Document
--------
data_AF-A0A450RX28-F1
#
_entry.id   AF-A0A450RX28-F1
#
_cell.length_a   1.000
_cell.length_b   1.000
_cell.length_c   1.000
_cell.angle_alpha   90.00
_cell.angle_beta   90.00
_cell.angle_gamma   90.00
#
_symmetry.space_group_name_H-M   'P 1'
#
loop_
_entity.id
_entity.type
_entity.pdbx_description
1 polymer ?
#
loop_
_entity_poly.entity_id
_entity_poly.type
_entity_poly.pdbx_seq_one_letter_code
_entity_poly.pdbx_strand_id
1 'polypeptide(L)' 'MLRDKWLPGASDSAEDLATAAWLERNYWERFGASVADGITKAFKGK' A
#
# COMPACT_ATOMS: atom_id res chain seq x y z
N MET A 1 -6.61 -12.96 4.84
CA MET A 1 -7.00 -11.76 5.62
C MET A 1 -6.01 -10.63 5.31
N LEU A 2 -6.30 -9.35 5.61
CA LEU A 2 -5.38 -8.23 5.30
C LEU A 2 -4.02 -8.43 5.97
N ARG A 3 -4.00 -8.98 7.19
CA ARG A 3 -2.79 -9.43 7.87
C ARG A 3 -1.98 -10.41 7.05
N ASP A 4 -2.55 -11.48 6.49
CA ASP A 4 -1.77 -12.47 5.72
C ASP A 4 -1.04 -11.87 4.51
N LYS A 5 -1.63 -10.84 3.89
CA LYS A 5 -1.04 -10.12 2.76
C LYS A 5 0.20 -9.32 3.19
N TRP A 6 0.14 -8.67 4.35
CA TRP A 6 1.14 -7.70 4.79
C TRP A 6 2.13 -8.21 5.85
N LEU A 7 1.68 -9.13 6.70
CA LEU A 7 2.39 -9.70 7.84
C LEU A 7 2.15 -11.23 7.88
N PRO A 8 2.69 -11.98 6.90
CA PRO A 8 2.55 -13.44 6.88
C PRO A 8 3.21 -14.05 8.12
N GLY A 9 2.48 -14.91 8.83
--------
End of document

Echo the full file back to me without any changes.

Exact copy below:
data_AF-A0A450RX28-F1
#
_entry.id   AF-A0A450RX28-F1
#
_cell.length_a   1.000
_cell.length_b   1.000
_cell.length_c   1.000
_cell.angle_alpha   90.00
_cell.angle_beta   90.00
_cell.angle_gamma   90.00
#
_symmetry.space_group_name_H-M   'P 1'
#
loop_
_entity.id
_entity.type
_entity.pdbx_description
1 polymer ?
#
loop_
_entity_poly.entity_id
_entity_poly.type
_entity_poly.pdbx_seq_one_letter_code
_entity_poly.pdbx_strand_id
1 'polypeptide(L)' 'MLRDKWLPGASDSAEDLATAAWLERNYWERFGASVADGITKAFKGK' A
#
# COMPACT_ATOMS: atom_id res chain seq x y z
N MET A 1 -6.61 -12.96 4.84
CA MET A 1 -7.00 -11.76 5.62
C MET A 1 -6.01 -10.63 5.31
N LEU A 2 -6.30 -9.35 5.61
CA LEU A 2 -5.38 -8.23 5.30
C LEU A 2 -4.02 -8.43 5.97
N ARG A 3 -4.00 -8.98 7.19
CA ARG A 3 -2.79 -9.43 7.87
C ARG A 3 -1.98 -10.41 7.05
N ASP A 4 -2.55 -11.48 6.49
CA ASP A 4 -1.77 -12.47 5.72
C ASP A 4 -1.04 -11.87 4.51
N LYS A 5 -1.63 -10.84 3.89
CA LYS A 5 -1.04 -10.12 2.76
C LYS A 5 0.20 -9.32 3.19
N TRP A 6 0.14 -8.67 4.35
CA TRP A 6 1.14 -7.70 4.79
C TRP A 6 2.13 -8.21 5.85
N LEU A 7 1.68 -9.13 6.70
CA LEU A 7 2.39 -9.70 7.84
C LEU A 7 2.15 -11.23 7.88
N PRO A 8 2.69 -11.98 6.90
CA PRO A 8 2.55 -13.44 6.88
C PRO A 8 3.21 -14.05 8.12
N GLY A 9 2.48 -14.91 8.83